Book Club: Can Christianity Survive Modernity?

Oberammergau Passionplay 2010 Final Dress Rehearsal

[Re-posted from earlier today]

That may seem a rather strange way to kick off discussion of a book about the beliefs of Christians in the decades and first few centuries after the death of Jesus of Nazareth. But it’s the question that lingers in my head after reading Bart Ehrman’s How Jesus Became God: The Exaltation of A Jewish Preacher From Galilee.

What Ehrman does in this book – as he did most memorably in Misquoting Jesus – is explain how the texts that we have about the life, death and resurrection of Jesus came to be written. I am not qualified to judge the details of the scholarship – my knowledge of such matters is a tiny fraction of Ehrman’s. I know no Aramaic or Hebrew and very little Ancient Greek. Readers with more expertise may well, with any luck, deal with some of the specific controversies – such as the notion that Jesus probably wasn’t buried at all – as we go along.

But the book’s main claims about the origins and nature of the texts are not in any scholarly doubt. And bookclub-beagle-trthey challenge the traditional and reflexive mental universe that most Christians, and all fundamentalists, share. For many Christians in the modern world, there is an unchallenged notion of an inerrant text that contains what we have even come to call the “gospel truth.” It is entirely inspired by God. It has complete authority in Protestant circles and shared authority in Catholicism (along with church teaching and the sensus fidelium). It is the sole authorized account of the extraordinary story that changed the world.

And yet it isn’t the only account – we have many other extant Gospels that never made the cut. Those Gospels are not as compelling or as coherent or as influential – but they sure do exist. That very fact – established in the 20th Century – explodes any idea of “orthodoxy” among the first Christians. Like any human beings trying to grapple with grief and empowerment and fear and supernatural experiences, they did not understand them fully at first or ever. They disagreed among themselves about them. They had very different perspectives and interactions with Jesus. In the Gospels themselves, Jesus’ disciples are a mess half the time – misunderstanding him, betraying him, frustrating him, and abandoning him at critical moments throughout. Whatever else the Gospels teach us, they sure teach us not to trust Jesus’ followers for either truth or morality. Peter disowned him three times in his hour of greatest need. And most fled after his crucifixion.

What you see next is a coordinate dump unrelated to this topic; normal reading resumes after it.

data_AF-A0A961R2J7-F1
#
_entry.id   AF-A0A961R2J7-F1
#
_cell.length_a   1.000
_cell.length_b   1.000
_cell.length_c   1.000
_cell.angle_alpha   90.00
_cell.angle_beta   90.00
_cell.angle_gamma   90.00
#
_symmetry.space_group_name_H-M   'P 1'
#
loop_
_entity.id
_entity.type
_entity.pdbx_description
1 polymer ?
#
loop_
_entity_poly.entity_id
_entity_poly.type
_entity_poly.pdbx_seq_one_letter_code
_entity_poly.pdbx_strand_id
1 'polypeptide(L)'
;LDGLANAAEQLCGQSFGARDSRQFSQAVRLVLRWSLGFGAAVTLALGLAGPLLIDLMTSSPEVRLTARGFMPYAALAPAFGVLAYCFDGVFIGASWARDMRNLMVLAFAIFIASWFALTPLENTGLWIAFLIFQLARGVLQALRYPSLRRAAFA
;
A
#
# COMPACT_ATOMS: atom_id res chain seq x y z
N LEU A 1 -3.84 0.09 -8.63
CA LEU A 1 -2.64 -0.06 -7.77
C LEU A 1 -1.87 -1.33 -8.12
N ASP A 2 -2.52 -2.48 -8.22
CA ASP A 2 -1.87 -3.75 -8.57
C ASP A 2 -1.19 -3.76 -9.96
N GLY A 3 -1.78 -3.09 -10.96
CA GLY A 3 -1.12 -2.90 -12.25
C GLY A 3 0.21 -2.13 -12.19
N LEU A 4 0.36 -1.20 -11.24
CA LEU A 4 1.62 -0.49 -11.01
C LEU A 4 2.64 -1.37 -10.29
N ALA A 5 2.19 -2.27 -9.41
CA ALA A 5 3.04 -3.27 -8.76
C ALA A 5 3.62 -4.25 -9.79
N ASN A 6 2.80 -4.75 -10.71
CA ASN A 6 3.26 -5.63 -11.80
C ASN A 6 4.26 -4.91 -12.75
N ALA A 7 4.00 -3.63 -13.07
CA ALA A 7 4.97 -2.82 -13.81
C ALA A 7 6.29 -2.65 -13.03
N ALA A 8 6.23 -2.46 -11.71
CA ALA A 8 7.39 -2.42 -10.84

And the Gospels offer radically different accounts of what Jesus did, said and meant. There is no single coherent account, for example, of Jesus’ last words in the cross, or of his first appearances after his death – critical moments that you might think would have been resolved as fact early on, but weren’t. If I were to come up with a phrase to describe what has been handed down to us in these texts, it would be a game of Chinese

Does this rebut Christianity in a decisive way? For many orthodox Christians, wedded to the notion of a single, coherent and inerrant text, it must. But since the scholarship is pretty much indisputable, it seems to me that it is not Christianity that should be abandoned in the wake of these historical revelations, but a false understanding of what the Gospels and Letters actually are. In the end, the sole criterion of a religion is whether it is true. And if you’re misreading its core texts and failing to understand their origins and nuances, you’re not committed to the truth. You’re committed to a theology that has become more important than the truth.